Front doors will be opened more cautiously, or in some cases not at all, this Halloween weekend as parents and others take extra care with Covid-19 still at large.

It can still be a fun Halloween but people will be mindful of the risks that are out there, with such high daily case numbers.

The Health Protection Surveillance Centre data for last week shows the highest incidence of Covid-19 in the age group 5-12 years. The incidence in this cohort, which has been rising for many weeks, is just over 436 cases for every 100,000 people.

There may be extra caution opening front doors this Halloween (Pic: RollingNews.ie)

With around eight weeks left until Christmas, what happens in November will likely determine the type of festive season awaiting us all.

This weekend is one for ghouls, ghosts and frights. Added to the mix now is the unease with the Covid-19 case and hospital numbers going in the wrong direction.

We seem to be in a very familiar place, and again so uncertain about what may be coming next. We hope for the best, but must prepare for any significant deterioration in the situation.

It is disappointing to be in this position again with weeks to go to the end of 2021. However, the circumstances are different and the data must be seen against a different backdrop too.

Tánaiste Leo Varadkar laid out the parameters for what Ireland can live with on case numbers in the weeks ahead, and what could occur, if those numbers are exceeded significantly.

"It is important not to lose sight of what the country has achieved, even though the Covid-19 situation remains serious"

Mr Varadkar said the Government believes another lockdown can be avoided, although nobody could rule it out entirely. He said that because of vaccinations, 2,000-3,000 daily cases do not mean what they did last winter, adding that the projections were that hospitalisations from Covid-19 could rise to 800, while ICU could increase to 150.

"If we can keep it in that space, I don't think it would be necessary to reimpose restrictions, but if it started to go well ahead of those numbers then we would get more worried," Mr Varadkar said.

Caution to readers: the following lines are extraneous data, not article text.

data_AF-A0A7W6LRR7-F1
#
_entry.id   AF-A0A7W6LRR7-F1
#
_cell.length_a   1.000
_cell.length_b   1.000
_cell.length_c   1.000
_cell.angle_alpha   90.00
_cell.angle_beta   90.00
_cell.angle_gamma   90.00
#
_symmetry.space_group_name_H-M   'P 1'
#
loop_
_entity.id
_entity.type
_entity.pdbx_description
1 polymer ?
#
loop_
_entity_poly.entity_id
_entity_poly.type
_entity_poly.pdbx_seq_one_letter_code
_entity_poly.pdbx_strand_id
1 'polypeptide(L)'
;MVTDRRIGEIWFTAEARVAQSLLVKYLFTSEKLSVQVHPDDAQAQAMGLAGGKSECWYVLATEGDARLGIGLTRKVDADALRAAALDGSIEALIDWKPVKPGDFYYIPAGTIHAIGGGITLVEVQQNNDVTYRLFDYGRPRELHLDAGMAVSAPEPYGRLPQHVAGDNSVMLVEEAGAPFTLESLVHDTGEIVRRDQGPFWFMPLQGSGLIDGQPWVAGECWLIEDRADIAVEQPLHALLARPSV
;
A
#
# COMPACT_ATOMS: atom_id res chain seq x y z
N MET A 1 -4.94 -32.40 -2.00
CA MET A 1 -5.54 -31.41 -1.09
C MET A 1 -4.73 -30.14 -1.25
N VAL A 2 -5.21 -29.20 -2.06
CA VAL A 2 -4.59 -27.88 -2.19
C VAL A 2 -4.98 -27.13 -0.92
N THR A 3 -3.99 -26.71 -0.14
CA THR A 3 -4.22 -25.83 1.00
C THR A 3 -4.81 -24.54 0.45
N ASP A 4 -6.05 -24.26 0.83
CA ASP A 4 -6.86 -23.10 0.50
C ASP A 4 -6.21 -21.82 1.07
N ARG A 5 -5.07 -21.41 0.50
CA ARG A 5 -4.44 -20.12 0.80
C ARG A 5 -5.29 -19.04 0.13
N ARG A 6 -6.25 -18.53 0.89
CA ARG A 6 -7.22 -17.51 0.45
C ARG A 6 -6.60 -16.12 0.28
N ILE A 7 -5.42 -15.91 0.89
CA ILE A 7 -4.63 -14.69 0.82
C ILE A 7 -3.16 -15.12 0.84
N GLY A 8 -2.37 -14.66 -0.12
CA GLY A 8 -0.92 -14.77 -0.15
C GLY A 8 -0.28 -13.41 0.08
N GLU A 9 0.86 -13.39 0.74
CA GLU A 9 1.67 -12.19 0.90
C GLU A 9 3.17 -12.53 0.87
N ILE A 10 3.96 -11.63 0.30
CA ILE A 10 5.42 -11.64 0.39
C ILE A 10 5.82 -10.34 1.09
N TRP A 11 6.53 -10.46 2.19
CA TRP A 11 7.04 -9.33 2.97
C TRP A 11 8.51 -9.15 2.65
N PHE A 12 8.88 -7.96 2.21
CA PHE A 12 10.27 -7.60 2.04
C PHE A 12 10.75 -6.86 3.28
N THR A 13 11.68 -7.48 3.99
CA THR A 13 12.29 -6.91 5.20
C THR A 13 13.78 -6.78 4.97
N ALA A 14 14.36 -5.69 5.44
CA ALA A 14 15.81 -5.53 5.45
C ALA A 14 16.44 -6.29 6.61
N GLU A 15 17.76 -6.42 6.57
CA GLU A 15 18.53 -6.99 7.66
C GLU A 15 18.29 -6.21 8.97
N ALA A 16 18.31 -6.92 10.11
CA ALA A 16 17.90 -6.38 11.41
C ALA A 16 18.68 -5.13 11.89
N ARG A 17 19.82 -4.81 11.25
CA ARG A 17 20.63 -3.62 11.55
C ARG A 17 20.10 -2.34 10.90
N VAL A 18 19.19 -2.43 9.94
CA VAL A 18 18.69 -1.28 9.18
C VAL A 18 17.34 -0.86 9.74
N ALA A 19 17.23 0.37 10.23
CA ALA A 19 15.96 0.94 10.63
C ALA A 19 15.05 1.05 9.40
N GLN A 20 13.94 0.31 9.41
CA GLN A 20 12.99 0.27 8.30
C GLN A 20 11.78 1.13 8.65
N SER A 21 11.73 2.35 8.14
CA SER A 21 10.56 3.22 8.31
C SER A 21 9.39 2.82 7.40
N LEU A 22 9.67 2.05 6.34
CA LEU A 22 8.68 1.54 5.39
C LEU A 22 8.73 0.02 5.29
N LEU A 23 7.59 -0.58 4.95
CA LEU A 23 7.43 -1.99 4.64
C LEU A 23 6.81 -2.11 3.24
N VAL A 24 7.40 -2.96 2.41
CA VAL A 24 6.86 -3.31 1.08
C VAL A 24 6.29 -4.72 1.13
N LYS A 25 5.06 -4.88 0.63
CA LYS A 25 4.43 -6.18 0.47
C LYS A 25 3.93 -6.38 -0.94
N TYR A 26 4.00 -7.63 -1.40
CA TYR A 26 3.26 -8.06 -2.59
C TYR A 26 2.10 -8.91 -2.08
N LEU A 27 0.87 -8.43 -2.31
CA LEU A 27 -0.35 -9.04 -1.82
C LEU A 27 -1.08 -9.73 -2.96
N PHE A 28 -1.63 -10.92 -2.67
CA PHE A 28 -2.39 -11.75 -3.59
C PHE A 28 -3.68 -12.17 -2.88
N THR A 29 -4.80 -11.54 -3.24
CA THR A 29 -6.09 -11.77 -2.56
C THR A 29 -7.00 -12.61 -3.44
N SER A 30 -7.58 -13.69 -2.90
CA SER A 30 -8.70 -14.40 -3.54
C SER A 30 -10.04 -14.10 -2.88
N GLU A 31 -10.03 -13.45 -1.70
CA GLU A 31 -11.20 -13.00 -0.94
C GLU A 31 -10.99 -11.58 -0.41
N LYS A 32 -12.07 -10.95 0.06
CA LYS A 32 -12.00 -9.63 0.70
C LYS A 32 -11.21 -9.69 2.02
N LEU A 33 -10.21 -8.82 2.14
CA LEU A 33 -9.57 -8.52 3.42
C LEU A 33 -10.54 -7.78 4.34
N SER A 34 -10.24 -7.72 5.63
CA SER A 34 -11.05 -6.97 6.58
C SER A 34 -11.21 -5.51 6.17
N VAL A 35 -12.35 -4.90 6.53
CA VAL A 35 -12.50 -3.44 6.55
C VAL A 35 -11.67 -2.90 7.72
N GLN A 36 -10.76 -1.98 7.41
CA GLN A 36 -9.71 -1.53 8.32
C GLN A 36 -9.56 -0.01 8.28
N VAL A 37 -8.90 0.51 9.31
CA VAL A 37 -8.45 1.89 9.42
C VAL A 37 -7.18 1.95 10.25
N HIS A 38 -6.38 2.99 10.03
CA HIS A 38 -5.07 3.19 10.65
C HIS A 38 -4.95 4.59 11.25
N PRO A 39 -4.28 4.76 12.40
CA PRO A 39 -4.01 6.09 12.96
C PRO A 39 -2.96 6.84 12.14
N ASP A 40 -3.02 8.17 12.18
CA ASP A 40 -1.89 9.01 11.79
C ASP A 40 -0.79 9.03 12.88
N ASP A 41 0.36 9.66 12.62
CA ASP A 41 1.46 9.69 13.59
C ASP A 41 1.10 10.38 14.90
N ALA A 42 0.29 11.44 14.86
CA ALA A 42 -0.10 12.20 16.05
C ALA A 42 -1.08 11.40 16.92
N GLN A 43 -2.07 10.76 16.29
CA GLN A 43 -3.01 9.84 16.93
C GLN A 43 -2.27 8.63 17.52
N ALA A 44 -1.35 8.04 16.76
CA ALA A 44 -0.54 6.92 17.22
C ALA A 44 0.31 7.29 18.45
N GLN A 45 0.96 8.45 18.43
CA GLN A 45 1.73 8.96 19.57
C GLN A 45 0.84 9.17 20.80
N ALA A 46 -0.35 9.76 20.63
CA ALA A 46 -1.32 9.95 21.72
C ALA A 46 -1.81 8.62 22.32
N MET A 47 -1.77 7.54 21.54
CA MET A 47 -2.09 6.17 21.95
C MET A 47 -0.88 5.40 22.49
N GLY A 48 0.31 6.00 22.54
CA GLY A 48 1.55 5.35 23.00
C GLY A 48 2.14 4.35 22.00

He added that the tide could be turned and they had seen in other countries like Israel, that it is possible to get past the current wave.


Read more: Latest coronavirus news


Yesterday, thospital cases were at 481 of which 97 were in ICU. We are still in Wave 4 of the pandemic here.

Because Covid-19 deaths are now published each week, not daily as before, sight can be lost of the continuing impact of the virus and the ongoing threat to life it poses. This month there have been 116 Covid-19 deaths, with 14 of those occurring in the week to last Tuesday. In September there were 164 Covid-19 deaths.

With the R number believed to be just under 1.5 – the expectation is that case numbers will continue to rise and perhaps peak at about 3,000 or 4,000 a day later into November. These kinds of numbers will feed into the hospital system, with more admissions and patients in ICU.

Increased case numbers will result in more patients in ICU

For now, NPHET has taken the possibility of a lockdown, or a return to restrictions, off the table. If those decisions must be taken, they will most likely come later into November.

Public health experts are hoping that people will heed the advice in recent weeks to stick to the basic advice on protecting themselves and others from the virus. Small improvements here can have big dividends.

Vaccination continues with third doses being administered and people still coming forward for immunisation for the first time. This is important.

Vaccination works and while there are breakout infections, it does not diminish the fact that immunisation offers significant protection. But vaccination is imperfect and it may not always protect in up to 20% of cases.

"Covid-19 does not care about Covid fatigue and will continue to thrive on it"

If Ireland did not have the high vaccination levels it has achieved, we would likely be facing many thousands more cases a day than projected for now and be facing a more a desperate scenario. It is important not to lose sight of what the country has achieved, even though the Covid-19 situation remains serious.

Doctors are reporting a rise in upper respiratory tract infections in children. It is that time of year and it is adding to the difficulties coping with coronavirus.

For GPs, they must determine if an illness is a respiratory tract infection, or Covid-19. This week, family doctors expressed concern that respiratory infections could mask the true number of Covid-19 cases.

Parents are also placed in the difficult situation of being repeatedly asked to isolate children. Children can have six to eight respiratory tract infections during the winter season.

Understandably, there is a degree of Covid-19 fatigue among parents having to get children tested, and having to exclude them from school, or a crèche. But of course, Covid-19 does not care about Covid fatigue and will thrive on it.

Children can have up to eight respiratory tract infections during the winter season

The decision to stop contact tracing for children under 12 years from 27 September has been a controversial one. Some parents and schools have found it confusing. They believe that contact tracing in this group would give a better picture of the spread of the virus in primary schools.